Multiscale simulations of H embrittlement in metals: Application to the HELP mechanism
The prospect of a hydrogen-based economy critically depends on the availability of structural materials that can withstand extended exposure to hydrogen. Most metals, and in particular high strength steels, embrittle under the influence of hydrogen, which results in the catastrophic failure of the material. A number of mechanisms have been proposed to account for the phenomenon, including the hydrogen enhanced decohesion (HEDE) mechanism, the hydrogen enhanced local plasticity (HELP) mechanism and the stress-induced hydride formation mechanism, to name just the most frequently cited ones.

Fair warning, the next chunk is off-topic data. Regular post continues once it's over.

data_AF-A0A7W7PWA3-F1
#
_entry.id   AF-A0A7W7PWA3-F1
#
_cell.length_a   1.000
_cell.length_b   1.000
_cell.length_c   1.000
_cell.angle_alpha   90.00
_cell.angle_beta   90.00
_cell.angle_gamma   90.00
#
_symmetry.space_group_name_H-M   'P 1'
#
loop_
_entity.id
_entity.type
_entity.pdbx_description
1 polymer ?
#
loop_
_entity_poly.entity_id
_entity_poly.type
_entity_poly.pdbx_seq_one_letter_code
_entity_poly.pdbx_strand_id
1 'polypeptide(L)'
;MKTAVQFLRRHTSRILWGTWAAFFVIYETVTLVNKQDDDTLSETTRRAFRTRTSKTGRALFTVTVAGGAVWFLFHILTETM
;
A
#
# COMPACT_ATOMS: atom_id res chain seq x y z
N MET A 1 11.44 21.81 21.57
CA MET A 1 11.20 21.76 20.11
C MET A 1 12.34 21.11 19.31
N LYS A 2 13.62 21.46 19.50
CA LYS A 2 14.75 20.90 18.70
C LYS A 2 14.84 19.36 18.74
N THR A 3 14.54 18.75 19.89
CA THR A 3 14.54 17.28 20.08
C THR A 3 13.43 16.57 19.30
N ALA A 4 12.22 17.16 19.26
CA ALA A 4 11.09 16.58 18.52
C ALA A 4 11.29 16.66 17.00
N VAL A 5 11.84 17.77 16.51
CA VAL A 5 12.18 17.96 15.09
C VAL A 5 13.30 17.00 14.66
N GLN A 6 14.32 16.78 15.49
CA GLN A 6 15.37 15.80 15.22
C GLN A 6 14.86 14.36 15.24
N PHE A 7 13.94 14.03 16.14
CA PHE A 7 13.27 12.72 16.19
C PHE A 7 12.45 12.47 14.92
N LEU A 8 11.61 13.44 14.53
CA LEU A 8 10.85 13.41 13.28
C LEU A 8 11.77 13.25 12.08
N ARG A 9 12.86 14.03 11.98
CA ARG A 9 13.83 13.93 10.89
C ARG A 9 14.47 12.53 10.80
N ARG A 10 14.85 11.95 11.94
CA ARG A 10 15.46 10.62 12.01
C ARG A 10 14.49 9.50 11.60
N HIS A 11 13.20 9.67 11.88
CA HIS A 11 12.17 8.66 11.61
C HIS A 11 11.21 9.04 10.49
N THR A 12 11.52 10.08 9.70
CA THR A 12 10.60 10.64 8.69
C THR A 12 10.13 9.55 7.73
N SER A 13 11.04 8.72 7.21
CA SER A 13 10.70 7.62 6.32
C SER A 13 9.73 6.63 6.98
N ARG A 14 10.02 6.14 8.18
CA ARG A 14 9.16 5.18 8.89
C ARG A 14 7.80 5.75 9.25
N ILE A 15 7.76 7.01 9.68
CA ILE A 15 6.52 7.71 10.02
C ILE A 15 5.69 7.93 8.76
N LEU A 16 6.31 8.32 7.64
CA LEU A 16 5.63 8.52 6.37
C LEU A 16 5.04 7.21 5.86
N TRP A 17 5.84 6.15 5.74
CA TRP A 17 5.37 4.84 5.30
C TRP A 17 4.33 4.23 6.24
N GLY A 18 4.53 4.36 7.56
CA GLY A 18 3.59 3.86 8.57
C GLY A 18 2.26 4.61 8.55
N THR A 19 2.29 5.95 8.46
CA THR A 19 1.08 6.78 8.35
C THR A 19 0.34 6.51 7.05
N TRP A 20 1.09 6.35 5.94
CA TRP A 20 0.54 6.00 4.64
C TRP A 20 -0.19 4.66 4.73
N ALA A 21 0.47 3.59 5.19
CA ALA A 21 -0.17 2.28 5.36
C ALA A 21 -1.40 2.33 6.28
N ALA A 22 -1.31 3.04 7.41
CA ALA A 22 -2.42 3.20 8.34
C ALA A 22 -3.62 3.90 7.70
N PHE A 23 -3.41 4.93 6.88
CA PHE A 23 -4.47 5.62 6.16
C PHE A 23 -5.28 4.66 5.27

In this project we aim to critically assess the different mechanisms from the fundamental quantum mechanical level up to the mesoscopic length-scale employing a hierarchical simulation strategy. At the most fundamental level, ab-initio electronic structure methods are used to characterize the metal-H interaction in various metal hosts. Microstructural aspects of the embrittlement process, such as the segregation of H to extended defects like dislocations and grain boundaries, are addressed using semi-empirical (EAM) interaction potentials, which are validated by reference to the ab-initio determined interaction parameters. Finally, in order to extend the accessible length and time scales of our simulations these data are used to parametrize Ginzburg-Landau type models that allow us to consistently describe the dislocation dynamics and the diffusive time-scale of the H diffusion.